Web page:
Tuesday, September 1, 2015

The Life Aquatic

As I type this, three hurricane's are barreling across the Pacific, setting a historic record. The second of them, Ignacio, performed a near miss with Hawai'i's Big Island, so of course it's a perfect time to Kauai, right?

In actuality, our decision to return to the Garden Island had less to do with historic weather phenomenon, and more to do with the realization -several months ago- that some Alaska Airlines Companion Tickets were about to expire; and from our wonderful memories of our trip to Kauai three years ago.

Our departure, yesterday, was smooth, and -in an unexpected twist- two of our tickets were upgraded to First Class. Unfortunately, though, only two. (Woe is us, right?) Sarah suggested that Stella and I take the tickets, since she had recently gotten to ride First Class on a work trip, and -despite a perfunctory attempt at chivalry- I agreed. So, while Sarah and Otto crammed into Coach with the other commoners, Stella and I spread out in our luxurious seats, enjoying meals served with actual, metal utensils, mango French toast, salmon cakes, fruit platters, complimentary Mai Tai's and tropical mimosas... and that was just Stella's share.


Pretty rough, being a First Grader in First Class.

Arriving relaxed and refreshed in Kauai (well, at least Stella and I), we were immediately attacked by the humidity. Seattle and Washington state have had one of their hottest Summers on record, with wildfires engulfing large swaths of Eastern Washington, but still, it's a rare thing for heat and humidity to mix in the Pacific Northwest. So, whenever I walk in to that wall of moisture and sweat, there is something in me that immediately declares "exotic vacation!"

Collecting our luggage and braving the queues of Alamo car rental (which, as near as I can tell, had every tourist in Kauai waiting for their car), we set off in our (sexy, sexy) mini-van. First up: Lunch at Hamura Saimin! We'd first experienced Saimin -basically a fancy top ramen, with egg and a variety of meats piled on top- on our last trip to Kauai, and Sarah and read about this place -a local favorite- on Yelp. With it's unique rows of booths and somnambulistic wait staff, Hamura definitely had characters, and -as a half dozen local women sat down at our table with us- we realized it was also filled with characters. The woman, amazingly friendly and quick with the in-joke, were more than happy to teach me how to properly mix the chili water, mustard and soy sauce to make the perfect dipping sauce, while rattling of a laundry list of their other favorite restaurants, shaved ice stands and hints on how to get cheap groceries on the North Shore (trick: you buy them on the South Shore). With our stomachs of tasty noodles, we were back in the (sexy, sexy) mini-van and on the road North.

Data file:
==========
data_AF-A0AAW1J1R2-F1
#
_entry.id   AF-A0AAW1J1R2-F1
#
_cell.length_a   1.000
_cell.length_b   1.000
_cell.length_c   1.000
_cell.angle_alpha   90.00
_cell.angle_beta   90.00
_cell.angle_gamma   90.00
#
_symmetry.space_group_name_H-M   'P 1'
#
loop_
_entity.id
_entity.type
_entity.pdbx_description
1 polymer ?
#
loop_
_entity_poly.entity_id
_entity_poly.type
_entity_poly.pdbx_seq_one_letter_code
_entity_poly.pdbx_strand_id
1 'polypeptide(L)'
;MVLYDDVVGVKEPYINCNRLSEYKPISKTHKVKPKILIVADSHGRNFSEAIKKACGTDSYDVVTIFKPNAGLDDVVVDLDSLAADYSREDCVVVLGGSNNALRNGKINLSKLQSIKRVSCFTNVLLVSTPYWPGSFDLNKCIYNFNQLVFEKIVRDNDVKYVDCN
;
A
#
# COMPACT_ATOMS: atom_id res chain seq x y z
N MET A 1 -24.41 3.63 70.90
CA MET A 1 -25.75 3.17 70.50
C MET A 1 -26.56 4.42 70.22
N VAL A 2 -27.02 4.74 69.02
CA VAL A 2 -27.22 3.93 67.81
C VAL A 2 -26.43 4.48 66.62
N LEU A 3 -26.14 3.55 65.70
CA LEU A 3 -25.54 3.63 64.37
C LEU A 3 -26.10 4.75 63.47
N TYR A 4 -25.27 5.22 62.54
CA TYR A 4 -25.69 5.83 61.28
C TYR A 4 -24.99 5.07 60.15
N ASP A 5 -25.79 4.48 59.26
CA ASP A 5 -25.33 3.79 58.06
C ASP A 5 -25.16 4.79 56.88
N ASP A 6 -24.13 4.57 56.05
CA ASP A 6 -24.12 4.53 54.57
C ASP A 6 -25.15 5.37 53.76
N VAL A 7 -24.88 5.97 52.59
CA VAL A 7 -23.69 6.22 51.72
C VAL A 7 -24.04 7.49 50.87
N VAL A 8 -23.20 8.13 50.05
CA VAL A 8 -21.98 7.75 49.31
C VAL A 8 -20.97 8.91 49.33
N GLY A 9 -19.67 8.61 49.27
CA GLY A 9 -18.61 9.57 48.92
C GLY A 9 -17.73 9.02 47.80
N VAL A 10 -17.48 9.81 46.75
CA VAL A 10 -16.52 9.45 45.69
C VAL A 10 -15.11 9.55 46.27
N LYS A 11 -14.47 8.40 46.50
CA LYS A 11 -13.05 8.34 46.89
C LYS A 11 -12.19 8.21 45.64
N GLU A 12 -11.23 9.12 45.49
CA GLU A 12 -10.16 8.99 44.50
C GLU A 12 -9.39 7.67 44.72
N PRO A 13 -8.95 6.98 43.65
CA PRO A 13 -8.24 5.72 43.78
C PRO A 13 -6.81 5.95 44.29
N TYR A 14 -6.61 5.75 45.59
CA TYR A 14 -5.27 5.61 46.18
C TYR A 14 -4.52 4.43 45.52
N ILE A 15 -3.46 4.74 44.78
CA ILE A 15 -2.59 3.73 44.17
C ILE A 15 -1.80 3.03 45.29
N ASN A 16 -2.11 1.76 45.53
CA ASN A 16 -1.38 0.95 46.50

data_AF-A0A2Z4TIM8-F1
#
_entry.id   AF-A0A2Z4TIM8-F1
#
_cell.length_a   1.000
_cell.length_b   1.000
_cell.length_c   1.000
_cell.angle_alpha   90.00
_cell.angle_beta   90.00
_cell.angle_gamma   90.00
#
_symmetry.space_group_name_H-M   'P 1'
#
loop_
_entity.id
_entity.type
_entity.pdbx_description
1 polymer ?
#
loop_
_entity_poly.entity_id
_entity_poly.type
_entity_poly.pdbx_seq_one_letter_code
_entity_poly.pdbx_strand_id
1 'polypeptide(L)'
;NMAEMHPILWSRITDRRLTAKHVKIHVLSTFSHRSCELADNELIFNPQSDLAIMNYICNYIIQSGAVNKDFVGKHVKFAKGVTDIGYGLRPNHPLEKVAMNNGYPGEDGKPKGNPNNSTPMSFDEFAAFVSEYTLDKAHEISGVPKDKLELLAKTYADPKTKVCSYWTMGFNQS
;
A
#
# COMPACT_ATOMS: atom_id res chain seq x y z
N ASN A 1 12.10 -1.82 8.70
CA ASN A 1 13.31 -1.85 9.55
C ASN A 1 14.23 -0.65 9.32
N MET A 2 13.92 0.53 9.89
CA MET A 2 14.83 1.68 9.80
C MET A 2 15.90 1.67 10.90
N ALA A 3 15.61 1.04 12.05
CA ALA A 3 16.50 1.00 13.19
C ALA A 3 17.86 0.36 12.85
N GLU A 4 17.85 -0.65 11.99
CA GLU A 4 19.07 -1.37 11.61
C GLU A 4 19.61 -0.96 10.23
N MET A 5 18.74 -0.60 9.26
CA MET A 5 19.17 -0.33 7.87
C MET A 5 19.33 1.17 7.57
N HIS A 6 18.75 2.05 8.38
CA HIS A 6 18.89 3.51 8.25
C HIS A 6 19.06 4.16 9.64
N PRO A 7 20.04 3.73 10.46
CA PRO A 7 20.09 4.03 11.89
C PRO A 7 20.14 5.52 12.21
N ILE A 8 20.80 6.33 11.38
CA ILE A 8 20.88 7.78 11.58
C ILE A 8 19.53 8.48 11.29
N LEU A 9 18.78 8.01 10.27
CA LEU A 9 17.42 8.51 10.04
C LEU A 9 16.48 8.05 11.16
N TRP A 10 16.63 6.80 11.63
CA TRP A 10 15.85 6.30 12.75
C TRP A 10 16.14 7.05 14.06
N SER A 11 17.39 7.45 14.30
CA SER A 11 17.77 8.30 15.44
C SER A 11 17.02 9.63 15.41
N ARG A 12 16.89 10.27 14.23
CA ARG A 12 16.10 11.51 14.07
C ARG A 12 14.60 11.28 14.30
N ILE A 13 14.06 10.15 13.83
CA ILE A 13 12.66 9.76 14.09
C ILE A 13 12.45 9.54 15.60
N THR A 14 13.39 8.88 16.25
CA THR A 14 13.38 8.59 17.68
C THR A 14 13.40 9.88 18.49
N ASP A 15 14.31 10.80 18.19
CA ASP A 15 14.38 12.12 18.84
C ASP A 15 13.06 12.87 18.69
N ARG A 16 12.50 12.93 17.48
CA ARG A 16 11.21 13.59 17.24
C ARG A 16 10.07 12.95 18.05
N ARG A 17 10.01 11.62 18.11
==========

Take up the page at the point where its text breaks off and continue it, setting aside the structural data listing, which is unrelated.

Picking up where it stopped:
Not feeling the usual urge to race to our rental unit, we stopped next at Kapaa for shaved ice. The Hawaiian specialty, shaved ice, is something that Sarah and I both equate more with our trip to Oahu, years ago, but Wailua Shave Ice might change that. While previous shaved ices were content to be candy colored ice, served in a plastic cone, Wailua's shaved ice was a heading pile of flavored, topped with a mix of fruit puree, chopped fruit and served in a porcelain cup.

Shaved ice!

Then, it was on the road, again. While Sarah and I gravitate to new locations and destinations, it is fun when we get to revised places we've been before; and the drive to Princeville, outside of Hanalai, where our condo was located, was filled with memories: "Oh, that's where we stopped to change Otto's diaper." "I think it was up there that Justin, Gautam and I took the kids and had that great breakfast served by some random hippy commune." "Where was that great BBQ place?"